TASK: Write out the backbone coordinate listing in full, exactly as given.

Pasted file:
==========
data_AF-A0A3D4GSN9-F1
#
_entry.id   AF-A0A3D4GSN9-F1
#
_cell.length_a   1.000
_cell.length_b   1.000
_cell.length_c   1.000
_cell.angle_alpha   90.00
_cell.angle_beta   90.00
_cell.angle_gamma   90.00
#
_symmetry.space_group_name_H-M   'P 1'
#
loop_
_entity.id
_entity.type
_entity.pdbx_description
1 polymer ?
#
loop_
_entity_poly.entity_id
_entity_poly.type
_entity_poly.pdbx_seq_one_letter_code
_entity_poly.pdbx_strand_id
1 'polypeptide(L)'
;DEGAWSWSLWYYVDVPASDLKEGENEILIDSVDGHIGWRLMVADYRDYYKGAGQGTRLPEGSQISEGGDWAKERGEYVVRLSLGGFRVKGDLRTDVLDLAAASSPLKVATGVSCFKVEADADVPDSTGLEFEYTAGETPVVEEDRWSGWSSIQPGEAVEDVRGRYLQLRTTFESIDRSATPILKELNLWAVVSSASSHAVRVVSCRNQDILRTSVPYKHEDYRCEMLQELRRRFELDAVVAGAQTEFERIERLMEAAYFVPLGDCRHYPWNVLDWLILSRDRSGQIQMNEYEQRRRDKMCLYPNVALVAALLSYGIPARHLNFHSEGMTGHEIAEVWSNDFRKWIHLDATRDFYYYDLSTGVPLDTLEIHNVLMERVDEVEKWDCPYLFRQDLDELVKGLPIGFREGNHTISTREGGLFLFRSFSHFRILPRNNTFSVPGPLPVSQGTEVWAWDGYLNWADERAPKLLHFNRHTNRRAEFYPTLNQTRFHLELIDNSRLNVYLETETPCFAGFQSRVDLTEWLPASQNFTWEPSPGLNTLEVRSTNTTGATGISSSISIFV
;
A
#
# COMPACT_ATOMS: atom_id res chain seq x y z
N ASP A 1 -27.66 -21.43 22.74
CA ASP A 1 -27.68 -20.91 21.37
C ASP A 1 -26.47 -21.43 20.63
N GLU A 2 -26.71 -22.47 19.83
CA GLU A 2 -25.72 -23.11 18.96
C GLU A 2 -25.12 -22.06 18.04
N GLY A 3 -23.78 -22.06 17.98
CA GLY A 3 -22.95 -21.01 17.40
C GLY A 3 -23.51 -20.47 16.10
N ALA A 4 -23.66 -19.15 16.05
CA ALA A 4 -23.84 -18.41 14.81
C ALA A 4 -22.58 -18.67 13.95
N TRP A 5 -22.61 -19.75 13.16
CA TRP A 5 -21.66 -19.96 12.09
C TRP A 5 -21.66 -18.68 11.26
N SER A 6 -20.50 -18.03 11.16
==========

data_AF-A0A3D4GSN9-F1
#
_entry.id   AF-A0A3D4GSN9-F1
#
_cell.length_a   1.000
_cell.length_b   1.000
_cell.length_c   1.000
_cell.angle_alpha   90.00
_cell.angle_beta   90.00
_cell.angle_gamma   90.00
#
_symmetry.space_group_name_H-M   'P 1'
#
loop_
_entity.id
_entity.type
_entity.pdbx_description
1 polymer ?
#
loop_
_entity_poly.entity_id
_entity_poly.type
_entity_poly.pdbx_seq_one_letter_code
_entity_poly.pdbx_strand_id
1 'polypeptide(L)'
;DEGAWSWSLWYYVDVPASDLKEGENEILIDSVDGHIGWRLMVADYRDYYKGAGQGTRLPEGSQISEGGDWAKERGEYVVRLSLGGFRVKGDLRTDVLDLAAASSPLKVATGVSCFKVEADADVPDSTGLEFEYTAGETPVVEEDRWSGWSSIQPGEAVEDVRGRYLQLRTTFESIDRSATPILKELNLWAVVSSASSHAVRVVSCRNQDILRTSVPYKHEDYRCEMLQELRRRFELDAVVAGAQTEFERIERLMEAAYFVPLGDCRHYPWNVLDWLILSRDRSGQIQMNEYEQRRRDKMCLYPNVALVAALLSYGIPARHLNFHSEGMTGHEIAEVWSNDFRKWIHLDATRDFYYYDLSTGVPLDTLEIHNVLMERVDEVEKWDCPYLFRQDLDELVKGLPIGFREGNHTISTREGGLFLFRSFSHFRILPRNNTFSVPGPLPVSQGTEVWAWDGYLNWADERAPKLLHFNRHTNRRAEFYPTLNQTRFHLELIDNSRLNVYLETETPCFAGFQSRVDLTEWLPASQNFTWEPSPGLNTLEVRSTNTTGATGISSSISIFV
;
A
#
# COMPACT_ATOMS: atom_id res chain seq x y z
N ASP A 1 -27.66 -21.43 22.74
CA ASP A 1 -27.68 -20.91 21.37
C ASP A 1 -26.47 -21.43 20.63
N GLU A 2 -26.71 -22.47 19.83
CA GLU A 2 -25.72 -23.11 18.96
C GLU A 2 -25.12 -22.06 18.04
N GLY A 3 -23.78 -22.06 17.98
CA GLY A 3 -22.95 -21.01 17.40
C GLY A 3 -23.51 -20.47 16.10
N ALA A 4 -23.66 -19.15 16.05
CA ALA A 4 -23.84 -18.41 14.81
C ALA A 4 -22.58 -18.67 13.95
N TRP A 5 -22.61 -19.75 13.16
CA TRP A 5 -21.66 -19.96 12.09
C TRP A 5 -21.66 -18.68 11.26
N SER A 6 -20.50 -18.03 11.16